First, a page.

Underground explosion in Nevada: Russia takes it as a signal

The underground explosion that the United States carried out at a nuclear test site in Nevada a few hours after Moscow withdrew its ratification of the Comprehensive Nuclear Test Ban Treaty (CTBT) could be a signal to Russia that it would impossible to conceal potential nuclear tests in the future.

The underground explosion took place in the USA on October 18 — the day when the State Duma passed the law to withdraw Russia's ratification of the CTBT (The Federation Council is to consider the law on October 25).

"A non-nuclear explosive device was tested in Nevada in order to develop technologies for detecting nuclear tests that other countries conduct. Perhaps this is a signal, including to Russia, about the impossibility of concealing potential nuclear tests in the future. For the time being, however, there is no information to confirm that Russia is planning such tests. If there are such plans, they will be accompanied with a corresponding information campaign to emphasise their significance to strengthen nuclear deterrence," Dmitry Stefanovich, researcher at the Center for International Security of the Russian Academy of Sciences told lenta.ru publication.

The timing of the experiment in Nevada and the adoption of the law to recall Russia's ratification of the CTBT could be a coincidence as such things are planned and prepared in advance, Stefanovich noted.

Federation Council: Explosion in Nevada is Washington's miscalculation

The US authorities miscalculated from an international legal point of view by conducting the underground explosion at the nuclear test site in Nevada, Deputy Chairman of the Federation Council Konstantin Kosachev believes. The fact that Washington has never ratified the CTBT does not mean that the United States has the right to conduct such tests, the official added.

"The United States signed the CTBT on September 24, 1996. From that day on, the United States undertook, under international law, to refrain from violating the treaty. Between signature and ratification, the state must in good faith refrain from acts that would deprive the treaty of its object and purpose. (…) This rule, known as "Interim Obligation", is provided for in Article 18 of the 1969 Vienna Convention on the Law of Treaties. Both US lawmakers and lawyers are well aware of that,” Senator Kosachev said.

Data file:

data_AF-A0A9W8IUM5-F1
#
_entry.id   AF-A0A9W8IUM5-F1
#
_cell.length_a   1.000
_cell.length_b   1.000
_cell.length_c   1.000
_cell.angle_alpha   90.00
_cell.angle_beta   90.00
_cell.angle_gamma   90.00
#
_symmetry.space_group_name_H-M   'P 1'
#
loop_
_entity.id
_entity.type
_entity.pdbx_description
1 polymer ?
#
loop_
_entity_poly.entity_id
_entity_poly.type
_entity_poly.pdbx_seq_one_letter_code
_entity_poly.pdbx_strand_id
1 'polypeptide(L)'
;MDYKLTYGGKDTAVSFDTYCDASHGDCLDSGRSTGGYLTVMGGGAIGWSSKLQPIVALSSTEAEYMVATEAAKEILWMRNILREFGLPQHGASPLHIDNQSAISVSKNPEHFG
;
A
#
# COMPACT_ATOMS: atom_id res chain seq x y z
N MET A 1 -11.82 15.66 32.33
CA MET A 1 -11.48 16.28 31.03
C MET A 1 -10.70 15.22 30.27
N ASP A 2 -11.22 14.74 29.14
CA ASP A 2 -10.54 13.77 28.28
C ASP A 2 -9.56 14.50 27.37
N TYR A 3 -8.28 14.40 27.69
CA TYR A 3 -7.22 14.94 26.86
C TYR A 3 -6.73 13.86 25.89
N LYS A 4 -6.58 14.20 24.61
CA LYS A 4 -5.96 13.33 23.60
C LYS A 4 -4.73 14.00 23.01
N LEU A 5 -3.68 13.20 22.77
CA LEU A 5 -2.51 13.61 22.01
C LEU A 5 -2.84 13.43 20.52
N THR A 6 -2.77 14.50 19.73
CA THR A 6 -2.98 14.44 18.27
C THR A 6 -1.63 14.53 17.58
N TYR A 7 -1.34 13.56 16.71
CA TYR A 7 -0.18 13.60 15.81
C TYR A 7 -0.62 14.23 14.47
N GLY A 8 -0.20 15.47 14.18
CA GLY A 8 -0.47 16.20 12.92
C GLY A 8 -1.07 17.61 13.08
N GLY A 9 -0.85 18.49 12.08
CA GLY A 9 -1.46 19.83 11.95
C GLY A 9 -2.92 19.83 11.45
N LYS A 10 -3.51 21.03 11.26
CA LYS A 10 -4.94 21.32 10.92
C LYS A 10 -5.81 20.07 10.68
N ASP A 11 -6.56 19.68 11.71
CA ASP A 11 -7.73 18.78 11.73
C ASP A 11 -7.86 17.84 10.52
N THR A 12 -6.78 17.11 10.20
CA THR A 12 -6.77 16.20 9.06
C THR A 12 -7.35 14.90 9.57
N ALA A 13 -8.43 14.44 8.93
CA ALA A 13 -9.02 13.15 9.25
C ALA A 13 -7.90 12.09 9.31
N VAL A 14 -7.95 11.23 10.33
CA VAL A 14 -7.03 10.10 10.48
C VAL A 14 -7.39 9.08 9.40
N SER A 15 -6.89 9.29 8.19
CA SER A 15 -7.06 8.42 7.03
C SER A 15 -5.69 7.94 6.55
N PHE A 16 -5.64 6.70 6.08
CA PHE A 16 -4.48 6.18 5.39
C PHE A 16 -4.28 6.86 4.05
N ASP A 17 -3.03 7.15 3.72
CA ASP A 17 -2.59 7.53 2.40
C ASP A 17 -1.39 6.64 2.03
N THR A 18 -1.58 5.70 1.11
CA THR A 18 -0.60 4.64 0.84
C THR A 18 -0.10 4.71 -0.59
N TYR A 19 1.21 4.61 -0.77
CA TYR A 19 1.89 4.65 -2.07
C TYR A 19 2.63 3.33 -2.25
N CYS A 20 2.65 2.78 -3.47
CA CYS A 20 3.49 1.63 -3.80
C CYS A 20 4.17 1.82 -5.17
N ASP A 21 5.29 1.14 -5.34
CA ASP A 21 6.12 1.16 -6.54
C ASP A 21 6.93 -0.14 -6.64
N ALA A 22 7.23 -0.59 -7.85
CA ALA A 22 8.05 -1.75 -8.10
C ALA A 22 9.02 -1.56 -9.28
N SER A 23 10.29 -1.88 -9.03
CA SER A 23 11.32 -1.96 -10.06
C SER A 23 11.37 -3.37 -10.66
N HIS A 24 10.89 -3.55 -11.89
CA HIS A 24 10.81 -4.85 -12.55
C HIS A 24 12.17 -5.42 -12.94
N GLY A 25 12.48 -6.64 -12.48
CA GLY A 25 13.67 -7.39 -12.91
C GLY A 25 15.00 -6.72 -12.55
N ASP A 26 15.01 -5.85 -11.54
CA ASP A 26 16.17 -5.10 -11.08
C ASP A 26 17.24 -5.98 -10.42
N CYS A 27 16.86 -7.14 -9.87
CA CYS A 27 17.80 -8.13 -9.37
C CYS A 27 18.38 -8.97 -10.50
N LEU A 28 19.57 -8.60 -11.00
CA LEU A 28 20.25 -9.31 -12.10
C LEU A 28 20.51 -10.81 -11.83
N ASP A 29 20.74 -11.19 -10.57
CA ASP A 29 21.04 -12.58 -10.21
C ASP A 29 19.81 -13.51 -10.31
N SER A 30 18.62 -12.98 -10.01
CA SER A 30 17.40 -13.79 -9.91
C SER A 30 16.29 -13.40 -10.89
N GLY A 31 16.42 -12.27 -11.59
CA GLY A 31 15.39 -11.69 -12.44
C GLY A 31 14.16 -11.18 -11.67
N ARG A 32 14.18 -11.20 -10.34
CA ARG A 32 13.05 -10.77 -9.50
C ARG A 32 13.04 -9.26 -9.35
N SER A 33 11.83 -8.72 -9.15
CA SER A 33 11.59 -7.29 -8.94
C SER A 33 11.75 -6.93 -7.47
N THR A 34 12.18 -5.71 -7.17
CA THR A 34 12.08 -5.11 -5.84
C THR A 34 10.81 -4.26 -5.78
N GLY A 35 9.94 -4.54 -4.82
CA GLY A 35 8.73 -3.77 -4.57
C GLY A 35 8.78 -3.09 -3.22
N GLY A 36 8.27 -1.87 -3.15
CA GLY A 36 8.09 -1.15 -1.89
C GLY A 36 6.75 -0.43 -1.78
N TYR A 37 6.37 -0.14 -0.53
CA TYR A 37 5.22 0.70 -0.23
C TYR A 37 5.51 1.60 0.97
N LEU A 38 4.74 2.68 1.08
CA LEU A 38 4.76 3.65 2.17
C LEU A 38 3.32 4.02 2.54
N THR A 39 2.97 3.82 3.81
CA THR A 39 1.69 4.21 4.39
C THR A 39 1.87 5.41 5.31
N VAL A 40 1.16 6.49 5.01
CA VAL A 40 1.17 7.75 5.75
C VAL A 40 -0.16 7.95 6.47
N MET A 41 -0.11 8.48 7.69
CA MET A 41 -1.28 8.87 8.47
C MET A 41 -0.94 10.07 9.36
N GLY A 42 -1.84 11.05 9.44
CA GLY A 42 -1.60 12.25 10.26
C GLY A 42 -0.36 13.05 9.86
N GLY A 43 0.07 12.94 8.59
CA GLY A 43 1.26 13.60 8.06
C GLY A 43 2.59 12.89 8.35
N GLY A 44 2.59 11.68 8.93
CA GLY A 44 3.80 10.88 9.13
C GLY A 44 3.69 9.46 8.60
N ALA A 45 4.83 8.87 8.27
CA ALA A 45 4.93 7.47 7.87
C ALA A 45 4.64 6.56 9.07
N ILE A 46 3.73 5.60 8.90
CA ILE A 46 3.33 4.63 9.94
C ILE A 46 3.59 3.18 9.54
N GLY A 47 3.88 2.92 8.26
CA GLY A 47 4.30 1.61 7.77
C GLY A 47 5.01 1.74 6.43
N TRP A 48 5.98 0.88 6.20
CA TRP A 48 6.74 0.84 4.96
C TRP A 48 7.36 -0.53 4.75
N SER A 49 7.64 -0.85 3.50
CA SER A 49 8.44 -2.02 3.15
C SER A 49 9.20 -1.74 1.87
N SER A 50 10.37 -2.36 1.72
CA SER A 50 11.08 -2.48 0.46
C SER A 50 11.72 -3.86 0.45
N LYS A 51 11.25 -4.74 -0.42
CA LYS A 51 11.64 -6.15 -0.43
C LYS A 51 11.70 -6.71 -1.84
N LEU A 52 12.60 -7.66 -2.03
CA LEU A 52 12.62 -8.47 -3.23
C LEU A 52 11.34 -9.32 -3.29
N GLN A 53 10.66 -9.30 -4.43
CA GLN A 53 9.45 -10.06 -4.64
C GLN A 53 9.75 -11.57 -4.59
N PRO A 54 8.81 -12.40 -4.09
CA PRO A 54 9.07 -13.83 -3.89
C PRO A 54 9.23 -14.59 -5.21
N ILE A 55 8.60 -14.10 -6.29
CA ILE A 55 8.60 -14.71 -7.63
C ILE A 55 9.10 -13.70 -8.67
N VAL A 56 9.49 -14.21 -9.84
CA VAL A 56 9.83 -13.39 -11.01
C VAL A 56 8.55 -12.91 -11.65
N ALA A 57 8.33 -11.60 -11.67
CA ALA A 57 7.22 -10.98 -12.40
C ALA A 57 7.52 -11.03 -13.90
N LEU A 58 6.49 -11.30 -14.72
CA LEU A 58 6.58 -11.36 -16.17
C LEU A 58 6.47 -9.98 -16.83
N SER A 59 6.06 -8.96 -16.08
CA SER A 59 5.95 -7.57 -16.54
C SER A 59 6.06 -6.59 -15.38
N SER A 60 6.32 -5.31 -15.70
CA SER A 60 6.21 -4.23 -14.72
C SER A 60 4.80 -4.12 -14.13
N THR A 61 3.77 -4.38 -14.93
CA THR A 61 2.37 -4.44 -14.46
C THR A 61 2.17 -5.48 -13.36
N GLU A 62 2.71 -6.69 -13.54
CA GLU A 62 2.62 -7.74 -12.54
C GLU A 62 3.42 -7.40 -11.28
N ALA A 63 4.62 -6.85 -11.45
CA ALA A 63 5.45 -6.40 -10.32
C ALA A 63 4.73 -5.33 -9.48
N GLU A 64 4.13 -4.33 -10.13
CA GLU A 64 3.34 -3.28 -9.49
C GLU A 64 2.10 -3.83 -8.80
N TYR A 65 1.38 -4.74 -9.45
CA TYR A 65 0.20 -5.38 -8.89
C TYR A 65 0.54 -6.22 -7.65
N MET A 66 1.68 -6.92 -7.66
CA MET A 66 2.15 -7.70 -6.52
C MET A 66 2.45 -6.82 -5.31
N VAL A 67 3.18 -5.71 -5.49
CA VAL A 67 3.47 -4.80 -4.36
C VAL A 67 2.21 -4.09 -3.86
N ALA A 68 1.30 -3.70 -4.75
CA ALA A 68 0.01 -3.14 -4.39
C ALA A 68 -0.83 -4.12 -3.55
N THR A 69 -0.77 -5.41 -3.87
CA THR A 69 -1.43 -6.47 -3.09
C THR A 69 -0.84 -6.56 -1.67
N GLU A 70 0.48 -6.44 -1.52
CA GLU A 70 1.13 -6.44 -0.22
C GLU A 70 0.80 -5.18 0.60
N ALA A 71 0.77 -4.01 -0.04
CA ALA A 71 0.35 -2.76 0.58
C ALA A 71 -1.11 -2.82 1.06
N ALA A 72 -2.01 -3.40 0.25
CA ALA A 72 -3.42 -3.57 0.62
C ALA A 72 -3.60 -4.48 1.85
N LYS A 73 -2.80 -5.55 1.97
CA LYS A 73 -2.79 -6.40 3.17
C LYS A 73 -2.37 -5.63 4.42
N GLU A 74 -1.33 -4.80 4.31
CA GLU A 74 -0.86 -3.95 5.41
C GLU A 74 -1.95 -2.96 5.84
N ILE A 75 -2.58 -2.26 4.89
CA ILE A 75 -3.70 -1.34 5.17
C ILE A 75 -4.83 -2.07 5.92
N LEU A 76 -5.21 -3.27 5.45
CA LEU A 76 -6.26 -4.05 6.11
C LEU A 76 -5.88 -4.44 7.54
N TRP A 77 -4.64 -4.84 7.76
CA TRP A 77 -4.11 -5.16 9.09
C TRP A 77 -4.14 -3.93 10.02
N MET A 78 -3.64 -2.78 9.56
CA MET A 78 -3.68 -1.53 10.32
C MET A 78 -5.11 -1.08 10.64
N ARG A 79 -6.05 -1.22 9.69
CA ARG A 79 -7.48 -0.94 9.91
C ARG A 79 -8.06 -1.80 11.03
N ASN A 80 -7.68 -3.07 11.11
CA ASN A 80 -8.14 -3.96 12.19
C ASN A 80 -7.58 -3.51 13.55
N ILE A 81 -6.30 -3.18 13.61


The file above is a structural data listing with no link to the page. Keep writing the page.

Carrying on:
He also urged the CTBT Technical Secretariat to demand a public international legal assessment of the nuclear test that were carried out on October 18 in Nevada.

According to Vladimir Dzhabarov, First Deputy Chairman of the Federation Council Committee on International Affairs, the timing of the two events in Russia and the USA (parliamentary approval of the law to revoke Russia's ratification of the CTBT and the underground explosion in Nevada) could indeed be a coincidence. Most likely, though, Washington's goal was to show it to Russia that the Americans do not care about what the Russians say and do.

"We have a free hand, because we have many types of other nuclear weapons. They probably need to be tested. If the political and military leadership decides to conduct tests, I think this will be taken with understanding,” the senator said.

Grigory Karasin, the head of the Federation Council Committee on International Affairs, believes that the explosion in Nevada was conducted to "provoke Russia in the context of its decision pertaining to the CTBT.”

"It appears that the Americans are playing a big game around this situation," Grigory Karasin said.

The US Department of Energy reported an underground explosion at a test site in Nevada on October 18.

According to the department, it was a chemical, not a nuclear explosion that was conducted to improve the technology for detecting underground nuclear explosive tests. The United States wants to improve its ability to detect low-power nuclear explosions around the world, the department added.

The Comprehensive Nuclear Test Ban Treaty (CTBT) was adopted at the 50th session of the UN General Assembly and opened for signature in September 1996. Each state party undertook not to carry out test or any other nuclear explosions in any place under its jurisdiction or control.

More than 180 countries participate in the CTBT. However, only 41 states (including Russia, Great Britain and France) have ratified it to date. The treaty requires the ratification by 44 members in order for it to come into force. The United States, China, Egypt, Israel and Iran signed the CTBT but did not ratify it, while India, North Korea and Pakistan did not sign.

Subscribe to Pravda.Ru Telegram channel, Facebook, RSS!

Author`s name Andrey Mihayloff
Editor Dmitry Sudakov